- Dr. Clarke is working with fellow Dalhousie radiologist, Dr. Steven Beyea, and his team at BIOTIC (Biomedical Translational Imaging Centre) to develop new MRI algorithms that will reveal much more information about fatty livers than current MRI technologies can. “The new algorithms will enable us to see how much and what kinds of fat are in the liver, so we can more accurately predict if a person is at risk of serious liver disease, without a biopsy,” says Dr. Clarke. “These are the people who require the most urgent attention.”
- The only treatment for liver failure is liver transplant, but more patients are dying while waiting for a donor liver, in part because the availability of healthy donor livers is declining as rates of fatty liver in the general population rise. Dr. Alwayn and his team are looking for ways to make fatty livers more suitable for transplant. They’ve invented a new technology that allows them to infiltrate the liver with protective agents, so it can better withstand the injuries that take place during the transplant process. “If we can protect fatty livers from these injuries, we will be able to use a lot of organs that would otherwise not be suitable for transplant,” says Dr. Alwayn, QEII Foundation Endowed Chair in Transplantation Research and head of the Multi-Organ Transplant Program at the QEII. Dr. Alwayn is also exploring the possibility of de-fatting fatty livers prior to transplant, with Dalhousie lipid scientist, Dr. Neale Ridgway. They’re co-supervising a second-year medical student, Melissa Wallace, on a project to see if their experimental system for metabolizing fat in the donor liver prior to transplant can help the organ function well after transplant.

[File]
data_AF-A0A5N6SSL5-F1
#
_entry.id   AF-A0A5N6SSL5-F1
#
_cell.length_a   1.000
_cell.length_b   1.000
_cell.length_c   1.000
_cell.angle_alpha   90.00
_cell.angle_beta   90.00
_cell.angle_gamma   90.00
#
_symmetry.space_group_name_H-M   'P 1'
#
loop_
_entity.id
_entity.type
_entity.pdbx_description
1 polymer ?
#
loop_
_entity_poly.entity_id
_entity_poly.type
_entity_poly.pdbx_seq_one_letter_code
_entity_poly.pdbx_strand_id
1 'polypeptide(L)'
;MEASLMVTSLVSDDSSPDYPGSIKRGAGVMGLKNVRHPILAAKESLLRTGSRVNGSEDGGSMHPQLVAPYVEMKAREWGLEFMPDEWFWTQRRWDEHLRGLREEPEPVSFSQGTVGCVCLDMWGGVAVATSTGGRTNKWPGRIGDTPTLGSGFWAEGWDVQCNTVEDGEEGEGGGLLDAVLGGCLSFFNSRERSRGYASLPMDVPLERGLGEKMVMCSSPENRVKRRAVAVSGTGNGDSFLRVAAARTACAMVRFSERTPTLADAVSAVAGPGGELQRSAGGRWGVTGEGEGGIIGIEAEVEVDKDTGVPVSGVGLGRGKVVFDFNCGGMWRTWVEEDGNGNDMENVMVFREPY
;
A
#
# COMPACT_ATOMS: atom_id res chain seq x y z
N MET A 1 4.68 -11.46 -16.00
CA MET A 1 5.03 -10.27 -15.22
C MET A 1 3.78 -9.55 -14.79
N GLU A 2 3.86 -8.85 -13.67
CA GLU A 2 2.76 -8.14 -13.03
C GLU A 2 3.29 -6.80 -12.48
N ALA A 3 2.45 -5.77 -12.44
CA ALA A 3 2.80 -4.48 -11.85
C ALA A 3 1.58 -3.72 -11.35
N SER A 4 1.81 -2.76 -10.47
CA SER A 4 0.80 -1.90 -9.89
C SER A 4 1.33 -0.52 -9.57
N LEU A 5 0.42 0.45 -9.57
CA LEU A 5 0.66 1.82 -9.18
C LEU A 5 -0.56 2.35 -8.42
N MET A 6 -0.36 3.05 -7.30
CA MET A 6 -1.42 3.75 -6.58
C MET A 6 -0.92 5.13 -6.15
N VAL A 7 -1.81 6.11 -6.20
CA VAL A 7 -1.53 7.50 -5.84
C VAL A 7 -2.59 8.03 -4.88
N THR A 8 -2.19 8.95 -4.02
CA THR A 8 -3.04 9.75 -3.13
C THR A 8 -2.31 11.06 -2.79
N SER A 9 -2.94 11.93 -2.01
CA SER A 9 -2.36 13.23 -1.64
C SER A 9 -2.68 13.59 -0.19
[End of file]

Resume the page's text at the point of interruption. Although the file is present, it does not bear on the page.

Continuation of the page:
For more information about fatty liver disease research at Dalhousie Medical School, see the feature article here.
Dalhousie Medical School Communications
comments powered by Disqus
- Media opportunity: Dalhousie University researchers discover existing drug can disrupt coronavirus replication, offering promise of potential antiviral
- Media opportunity: Researchers discover new marine conveyor belt that moves carbon‑rich particles to the deep sea, absorbing as much atmospheric CO2 as Iceland’s yearly emissions
- Media release: Survey by Dalhousie University researchers finds almost 40 per cent of Canadians unaware of sepsis, suggesting public awareness campaign needed on the life‑threatening illness
- Media opportunity: Dalhousie University researchers helping to contain lethal Rift Valley Fever outbreak by vaccinating cattle in Rwanda, while setting up early warning system for economically devastating virus
- Media Opportunity: Dalhousie University Transportation Collaboratory launches HaliTRAC public survey on transportation sustainability
- Media opportunity: Study led by Dalhousie University researchers to examine whether vaping causes lung damage and respiratory problems later in life
- Media opportunity: Extensive analysis of online discussion sites reveals involuntary celibates see themselves as victims and blame misogyny, violence on perceived discrimination
- Media opportunity: Measuring up: Researchers identify 12,000 genetic variants linked to height in discovery that could help predict how tall someone might be